When the pandemic threat eased, Maureen Holohan was eager to scale back her online shopping and return to physical stores so she could more easily compare prices and scour ingredients on beauty and health care products for herself and her three children.
But that experience was short-lived. In the past six months or so, CVS, Target, and other retailers where Ms. Holohan shops have been locking up more everyday items like deodorant and laundry detergent as a way to reduce theft. And the Chevy Chase, Maryland, resident is now back to shopping online or visiting stores where she doesn’t have to wait for someone to retrieve products.
“I know they’ve got to do something, but locking the stuff up definitely just has me walking by that aisle,” said Ms. Holohan, a business consultant.
Across the retail landscape, businesses have been putting items under lock and key as a quick way to stop thieves. Some are considering extreme measures, including Rite Aid Corp., whose chief retail officer Andre Persaud told analysts on an earnings call late last year that it’s looking at “literally putting everything behind showcases to ensure the products are there for customers who want to buy it.” It’s also considering using off-duty police officers at some of its stores.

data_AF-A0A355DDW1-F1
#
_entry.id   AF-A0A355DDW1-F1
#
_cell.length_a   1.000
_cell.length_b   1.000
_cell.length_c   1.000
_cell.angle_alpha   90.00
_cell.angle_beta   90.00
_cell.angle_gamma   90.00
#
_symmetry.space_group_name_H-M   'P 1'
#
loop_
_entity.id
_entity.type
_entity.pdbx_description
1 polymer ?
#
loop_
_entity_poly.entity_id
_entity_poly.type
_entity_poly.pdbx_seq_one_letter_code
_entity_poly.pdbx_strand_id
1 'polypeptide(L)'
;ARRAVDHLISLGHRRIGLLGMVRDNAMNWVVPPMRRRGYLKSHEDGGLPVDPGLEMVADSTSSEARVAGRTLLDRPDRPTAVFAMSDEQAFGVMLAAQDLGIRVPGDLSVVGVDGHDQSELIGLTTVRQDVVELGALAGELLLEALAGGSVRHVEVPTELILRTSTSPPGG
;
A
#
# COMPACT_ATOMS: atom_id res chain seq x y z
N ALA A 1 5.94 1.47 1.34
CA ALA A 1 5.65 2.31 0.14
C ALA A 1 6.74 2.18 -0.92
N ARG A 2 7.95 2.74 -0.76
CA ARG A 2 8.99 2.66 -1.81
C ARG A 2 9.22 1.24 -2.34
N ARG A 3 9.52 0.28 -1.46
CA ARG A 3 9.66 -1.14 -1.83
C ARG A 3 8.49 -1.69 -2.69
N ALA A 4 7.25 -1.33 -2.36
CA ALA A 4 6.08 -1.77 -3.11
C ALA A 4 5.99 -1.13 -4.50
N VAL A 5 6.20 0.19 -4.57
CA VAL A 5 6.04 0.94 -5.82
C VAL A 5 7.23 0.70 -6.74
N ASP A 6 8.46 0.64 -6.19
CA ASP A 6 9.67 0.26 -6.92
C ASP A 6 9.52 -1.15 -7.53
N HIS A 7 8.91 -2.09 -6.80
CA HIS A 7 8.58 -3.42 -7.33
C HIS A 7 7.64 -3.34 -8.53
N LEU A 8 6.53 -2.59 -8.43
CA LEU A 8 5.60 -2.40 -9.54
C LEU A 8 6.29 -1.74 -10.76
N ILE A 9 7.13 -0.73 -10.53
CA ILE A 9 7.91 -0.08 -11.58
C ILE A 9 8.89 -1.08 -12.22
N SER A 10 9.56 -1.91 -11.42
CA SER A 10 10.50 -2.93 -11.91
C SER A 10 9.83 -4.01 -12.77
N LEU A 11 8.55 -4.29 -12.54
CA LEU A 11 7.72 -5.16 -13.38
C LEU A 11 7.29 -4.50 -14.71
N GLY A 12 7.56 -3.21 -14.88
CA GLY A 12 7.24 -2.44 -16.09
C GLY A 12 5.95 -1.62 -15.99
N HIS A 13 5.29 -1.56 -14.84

But by trying to solve one problem, these businesses may be creating another: turning off shoppers with overreaching measures.
“Everything has changed. We used to be catered to,” said Sheila Schlegel of Queens, New York.
But now, “if you’re coming to the store, there’s one person at that store, and that person you can tell has been there for 15 hours,” said Ms. Schlegel, who recalled an incident where she waited for a sales clerk to unlock an item only to be told he didn’t have the